When my older brother got into competitive shooting, he settled on the 1911-style of semi-automatic pistol. He then expanded his set to include a general purpose 1911 and a carry gun that was based on, you guessed it, the 1911. His logic for doing so was this: The muscle memory developed by pulling the trigger and operating the controls for one of these guns would count as training to use the rest. This is the philosophy of “one action to rule them all.” They all operate in the same way so there is only shooting routine to be learned and mastered.


Folding-stock versions, like the M4-22 Bugout shown here, are easy to transport to the range or in the field.

The vast majority of AR-15 rifles operate in the same way. You can change the caliber, barrel length, magazine capacity, grip shape and the trigger pull weight but the controls and general management of the gun remain the same. For the most part, once you learn how to run one you pretty much know how to use them all, including the faithful AR pattern .22 LRs.

Handy Training Tools
For folks who are new to them, learning to shoot a semi-automatic rifle can feel a good deal like getting the hang of driving a car with a manually operated “stick” transmission. There are so many new or different details to manage. The AR-pattern rimfires provide an intermediate training tool to aid in learning the idiosyncrasies of the AR's controls and ease the transition from other sporting long guns into centerfire AR-15 models. The rimfire models generally weigh less, they generate lower levels of felt recoil and produce less noise and muzzle flash. This allows the student to focus more on skill development and control familiarity so as to be better prepared when ready to move on to centerfire ARs.


The best competition-grade .22 LR ammunition still costs less per round than practice-grade .223 Rem.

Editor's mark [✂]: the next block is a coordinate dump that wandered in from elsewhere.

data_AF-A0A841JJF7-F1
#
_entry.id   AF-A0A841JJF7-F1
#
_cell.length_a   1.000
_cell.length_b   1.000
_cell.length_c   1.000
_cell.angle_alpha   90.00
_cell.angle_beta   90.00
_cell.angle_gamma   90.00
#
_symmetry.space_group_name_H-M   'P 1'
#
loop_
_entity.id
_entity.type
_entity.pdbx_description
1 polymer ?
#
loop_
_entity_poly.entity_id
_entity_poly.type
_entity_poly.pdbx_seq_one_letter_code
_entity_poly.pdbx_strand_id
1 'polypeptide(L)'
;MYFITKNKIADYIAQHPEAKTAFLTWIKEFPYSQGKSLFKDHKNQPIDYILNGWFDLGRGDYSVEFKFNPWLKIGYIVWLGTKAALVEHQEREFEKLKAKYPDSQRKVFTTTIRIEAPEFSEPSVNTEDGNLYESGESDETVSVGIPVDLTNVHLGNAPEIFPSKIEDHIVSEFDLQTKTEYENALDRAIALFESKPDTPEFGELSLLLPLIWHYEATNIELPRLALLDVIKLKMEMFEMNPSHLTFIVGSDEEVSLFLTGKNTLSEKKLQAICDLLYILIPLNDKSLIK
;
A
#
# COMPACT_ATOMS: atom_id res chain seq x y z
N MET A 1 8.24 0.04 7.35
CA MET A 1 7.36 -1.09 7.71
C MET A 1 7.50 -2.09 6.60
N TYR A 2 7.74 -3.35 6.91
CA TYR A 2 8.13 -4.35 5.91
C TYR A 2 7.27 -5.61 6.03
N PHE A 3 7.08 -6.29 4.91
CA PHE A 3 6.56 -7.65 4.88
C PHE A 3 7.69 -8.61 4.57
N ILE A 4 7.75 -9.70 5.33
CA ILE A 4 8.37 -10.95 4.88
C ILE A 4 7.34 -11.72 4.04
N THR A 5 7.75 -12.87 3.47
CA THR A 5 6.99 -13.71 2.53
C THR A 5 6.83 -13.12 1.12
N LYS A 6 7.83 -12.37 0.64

They Pay for Themselves
The .22 LR cartridge has always been among the least-expensive rounds to shoot. Although ammunition prices may fluctuate over time, it continues to cost significantly less than center-fire cartridges. One of the most popular chamberings for ARs is for the .223 Rem. and 5.56 NATO cartridges which used to be fairly cheap to shoot. But with demand for these loads so high these days the ammunition costs can put a real squeeze on the shooting budget. As of this writing, online ammunition providers are selling between 5 to 10 rounds of practice-grade .22 LR for the same price as a single round of practice-grade .223 Rem. That's quite a difference in how many bangs you get for your buck!


Tippman’s hand-cranked speedloader can fill 25-round magazines in seconds.

Flexible & Fun to Shoot
I have yet to be shy about my fondness for .22 LR carbines and the easy going fun they provide at the range. Because the rimfire models mentioned here incorporate actual AR components, instead of just inexpensive cosmetics and plastic covers, they are a real pleasure to work with on and off of the shooting bench. In addition to familiar operations, the Tippmann M4-22 was accurate, reliable and the magazines were easy to load one round at a time or using the company’s hand-cranked speed loader. Yes, rimfire rifles like this are useful as understudies to the centerfire guns. Their AR features make them a great fit for just about any .22 LR rifle related endeavor including formal target shooting, small-game hunting and, in a pinch, personal protection.